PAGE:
Lower Manhattan Real Estate Suffers Also- By: Paul Escobedo
If you need a barometer for just how bad real estate conditions have become, you don’t have to go much farther than the Lower Manhattan area of New York City. Even though housing in New York State in general held up well because the types of loans that impacted other areas of the country weren’t prevalent in the state, Manhattan proves that other factors can have just as devastating an impact.
First, to catch everyone up to speed, there’s Upper Manhattan and Lower Manhattan. Upper Manhattan is usually considered as 96th Street and above, but in some measurements Upper Manhattan starts around 59th Street. It’s an important distinction more for political reasons, but when most people around the country think of New York City, they’re usually thinking about Lower Manhattan, and that’s what we’re talking about here.
Second, there are very few actual houses in Lower Manhattan. Most properties are either apartment rentals or condominium purchases. The average price of a condominium in 2008 was $975,000; right now, that price has come down to around $725,000. New condo prices have fallen to $1.069 million from $1.145 million last year. There are also a lot more empty condos than New York is used to, as waiting lists dwindled drastically in most areas.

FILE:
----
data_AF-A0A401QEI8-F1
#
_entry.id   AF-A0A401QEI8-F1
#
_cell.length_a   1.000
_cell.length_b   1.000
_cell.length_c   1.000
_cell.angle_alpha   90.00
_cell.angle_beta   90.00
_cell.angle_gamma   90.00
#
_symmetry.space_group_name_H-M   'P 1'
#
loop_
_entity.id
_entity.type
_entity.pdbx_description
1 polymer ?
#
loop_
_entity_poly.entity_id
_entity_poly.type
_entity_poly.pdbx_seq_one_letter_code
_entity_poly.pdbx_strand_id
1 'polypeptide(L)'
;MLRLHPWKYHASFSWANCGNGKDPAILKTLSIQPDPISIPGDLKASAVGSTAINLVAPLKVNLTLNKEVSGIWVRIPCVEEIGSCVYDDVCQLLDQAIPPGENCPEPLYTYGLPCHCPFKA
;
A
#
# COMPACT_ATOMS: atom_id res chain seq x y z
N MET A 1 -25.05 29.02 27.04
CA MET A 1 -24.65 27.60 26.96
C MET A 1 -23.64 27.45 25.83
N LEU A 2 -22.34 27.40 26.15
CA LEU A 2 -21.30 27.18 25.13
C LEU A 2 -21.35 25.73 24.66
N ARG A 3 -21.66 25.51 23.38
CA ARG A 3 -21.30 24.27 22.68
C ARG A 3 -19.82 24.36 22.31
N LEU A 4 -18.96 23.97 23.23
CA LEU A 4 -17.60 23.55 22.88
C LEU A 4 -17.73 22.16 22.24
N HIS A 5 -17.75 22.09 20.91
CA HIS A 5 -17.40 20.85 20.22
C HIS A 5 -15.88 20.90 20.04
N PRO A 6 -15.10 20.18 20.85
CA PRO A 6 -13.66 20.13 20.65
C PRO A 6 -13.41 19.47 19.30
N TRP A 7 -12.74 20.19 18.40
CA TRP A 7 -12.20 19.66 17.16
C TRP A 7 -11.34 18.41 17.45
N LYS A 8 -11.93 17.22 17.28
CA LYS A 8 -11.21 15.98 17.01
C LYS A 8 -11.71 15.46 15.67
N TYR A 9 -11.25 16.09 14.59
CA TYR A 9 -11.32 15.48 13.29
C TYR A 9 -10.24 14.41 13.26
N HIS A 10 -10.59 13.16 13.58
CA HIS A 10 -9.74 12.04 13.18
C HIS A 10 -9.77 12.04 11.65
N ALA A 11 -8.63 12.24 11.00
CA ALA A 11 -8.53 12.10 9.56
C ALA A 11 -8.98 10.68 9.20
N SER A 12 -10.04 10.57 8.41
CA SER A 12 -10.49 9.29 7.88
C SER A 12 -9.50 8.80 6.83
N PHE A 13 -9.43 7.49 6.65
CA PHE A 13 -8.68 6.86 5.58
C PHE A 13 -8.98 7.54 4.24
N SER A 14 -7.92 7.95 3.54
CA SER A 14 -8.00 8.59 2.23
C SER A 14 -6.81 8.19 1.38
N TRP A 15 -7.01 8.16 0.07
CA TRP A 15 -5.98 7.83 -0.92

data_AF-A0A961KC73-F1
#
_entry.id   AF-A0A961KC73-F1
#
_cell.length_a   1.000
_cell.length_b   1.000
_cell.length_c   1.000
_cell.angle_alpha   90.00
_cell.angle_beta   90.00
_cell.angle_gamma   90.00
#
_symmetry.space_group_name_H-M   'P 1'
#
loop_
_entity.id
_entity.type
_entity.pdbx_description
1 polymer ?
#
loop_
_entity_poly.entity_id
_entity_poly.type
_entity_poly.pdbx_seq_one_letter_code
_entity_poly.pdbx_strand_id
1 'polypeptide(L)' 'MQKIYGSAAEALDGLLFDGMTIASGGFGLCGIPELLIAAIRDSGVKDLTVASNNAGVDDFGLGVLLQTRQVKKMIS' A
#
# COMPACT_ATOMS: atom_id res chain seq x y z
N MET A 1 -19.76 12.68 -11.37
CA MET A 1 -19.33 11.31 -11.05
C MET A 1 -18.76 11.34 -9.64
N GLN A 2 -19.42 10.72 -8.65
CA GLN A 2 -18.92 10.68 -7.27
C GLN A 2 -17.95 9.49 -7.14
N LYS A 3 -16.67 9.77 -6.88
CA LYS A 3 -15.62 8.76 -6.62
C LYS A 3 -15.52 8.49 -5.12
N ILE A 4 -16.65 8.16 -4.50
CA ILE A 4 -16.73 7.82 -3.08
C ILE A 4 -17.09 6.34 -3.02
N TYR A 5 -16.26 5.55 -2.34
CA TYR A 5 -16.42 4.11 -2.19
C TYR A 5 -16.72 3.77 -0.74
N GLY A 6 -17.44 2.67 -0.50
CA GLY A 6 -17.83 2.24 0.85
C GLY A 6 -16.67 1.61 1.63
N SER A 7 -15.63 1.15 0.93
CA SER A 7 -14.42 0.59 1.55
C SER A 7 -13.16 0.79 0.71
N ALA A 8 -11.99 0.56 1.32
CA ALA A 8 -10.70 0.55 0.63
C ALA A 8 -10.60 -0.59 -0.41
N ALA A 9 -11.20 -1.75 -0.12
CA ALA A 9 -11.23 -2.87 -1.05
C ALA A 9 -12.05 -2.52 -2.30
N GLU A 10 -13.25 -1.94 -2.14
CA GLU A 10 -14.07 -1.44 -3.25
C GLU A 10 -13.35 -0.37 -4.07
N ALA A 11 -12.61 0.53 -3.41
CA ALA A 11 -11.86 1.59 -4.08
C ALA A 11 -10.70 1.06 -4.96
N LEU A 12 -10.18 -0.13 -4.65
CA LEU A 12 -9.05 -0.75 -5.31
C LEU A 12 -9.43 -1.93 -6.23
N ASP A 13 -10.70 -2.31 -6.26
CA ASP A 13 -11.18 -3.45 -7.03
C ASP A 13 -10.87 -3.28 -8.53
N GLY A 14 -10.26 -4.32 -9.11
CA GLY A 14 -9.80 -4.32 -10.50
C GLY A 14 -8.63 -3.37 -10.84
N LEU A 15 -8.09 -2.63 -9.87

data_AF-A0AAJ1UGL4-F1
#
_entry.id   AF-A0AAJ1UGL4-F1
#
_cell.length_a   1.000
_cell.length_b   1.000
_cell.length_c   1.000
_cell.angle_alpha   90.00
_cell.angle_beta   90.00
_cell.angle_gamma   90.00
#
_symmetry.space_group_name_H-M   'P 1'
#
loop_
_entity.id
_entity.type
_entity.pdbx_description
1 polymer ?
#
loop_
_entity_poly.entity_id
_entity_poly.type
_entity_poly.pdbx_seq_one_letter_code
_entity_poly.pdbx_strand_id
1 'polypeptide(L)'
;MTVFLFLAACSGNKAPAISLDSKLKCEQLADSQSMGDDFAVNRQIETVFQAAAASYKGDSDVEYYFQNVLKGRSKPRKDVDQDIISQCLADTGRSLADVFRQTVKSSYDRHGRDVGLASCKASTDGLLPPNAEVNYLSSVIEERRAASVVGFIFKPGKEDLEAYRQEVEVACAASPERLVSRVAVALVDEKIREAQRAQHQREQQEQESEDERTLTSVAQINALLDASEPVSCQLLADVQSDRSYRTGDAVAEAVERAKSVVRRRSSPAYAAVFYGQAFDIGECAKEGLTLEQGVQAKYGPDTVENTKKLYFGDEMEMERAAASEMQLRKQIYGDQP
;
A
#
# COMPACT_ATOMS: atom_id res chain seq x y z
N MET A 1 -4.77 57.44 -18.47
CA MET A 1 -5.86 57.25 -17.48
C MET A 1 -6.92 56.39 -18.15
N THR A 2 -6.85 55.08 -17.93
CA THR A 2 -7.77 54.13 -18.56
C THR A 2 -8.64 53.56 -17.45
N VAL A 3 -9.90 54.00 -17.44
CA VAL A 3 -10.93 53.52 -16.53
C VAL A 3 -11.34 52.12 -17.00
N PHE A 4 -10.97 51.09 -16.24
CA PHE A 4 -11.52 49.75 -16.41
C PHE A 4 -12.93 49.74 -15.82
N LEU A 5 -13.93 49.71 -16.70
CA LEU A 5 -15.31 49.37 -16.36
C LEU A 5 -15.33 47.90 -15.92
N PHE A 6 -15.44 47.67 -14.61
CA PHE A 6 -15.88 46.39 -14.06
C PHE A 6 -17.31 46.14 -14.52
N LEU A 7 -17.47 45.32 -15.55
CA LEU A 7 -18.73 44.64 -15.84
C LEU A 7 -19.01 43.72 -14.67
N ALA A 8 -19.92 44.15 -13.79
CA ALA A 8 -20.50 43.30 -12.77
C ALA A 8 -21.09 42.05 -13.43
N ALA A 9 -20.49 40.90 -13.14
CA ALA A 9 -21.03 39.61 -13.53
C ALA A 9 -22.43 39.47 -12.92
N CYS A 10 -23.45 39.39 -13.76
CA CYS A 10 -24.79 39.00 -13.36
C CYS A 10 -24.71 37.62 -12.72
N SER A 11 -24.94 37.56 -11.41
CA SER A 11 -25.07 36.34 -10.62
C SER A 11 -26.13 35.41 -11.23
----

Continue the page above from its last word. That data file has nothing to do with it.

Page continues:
The problem here, of course, was the crashing of Wall Street. Many finance companies ended up letting go of a high number of employees when there wasn’t as much trading activity going on, and obviously no one living in New York City can survive on the state’s high unemployment payment of around $450 a week. In NYC, a condo is like owning a house, only you pay separately for a place to park your car, if you have a car.
And those are only condo prices. Apartments can go for more than condos in Manhattan, and there, the average price of an apartment has fallen from $1.56 to $1.26 million dollars, or 24%, for mid-priced apartments. Luxury apartments have also tumbled 25%, from $5.95 to $4.76 million dollars a year.
Numbers like these are hard to fathom for most of us, but it also makes them easier to see the difference in dollars and how they might affect things. In a state like New York, which is different than most states because a big part of its yearly budget comes from Wall Street, they were already going to suffer a $200 billion budget deficit, and add on top of that the tax loss that the city of New York is suffering from only Manhattan, and you have a tough situation that will impact things like schools and services.
Luckily, the last quarter has shown a 10% growth from the previous quarter, which may signal that New Yorkers are ready to start buying again. Some of them will find what they consider as nice deals also. Truthfully, almost anywhere you live in Lower Manhattan puts you close to something exciting. All you have to worry about is paying for it.
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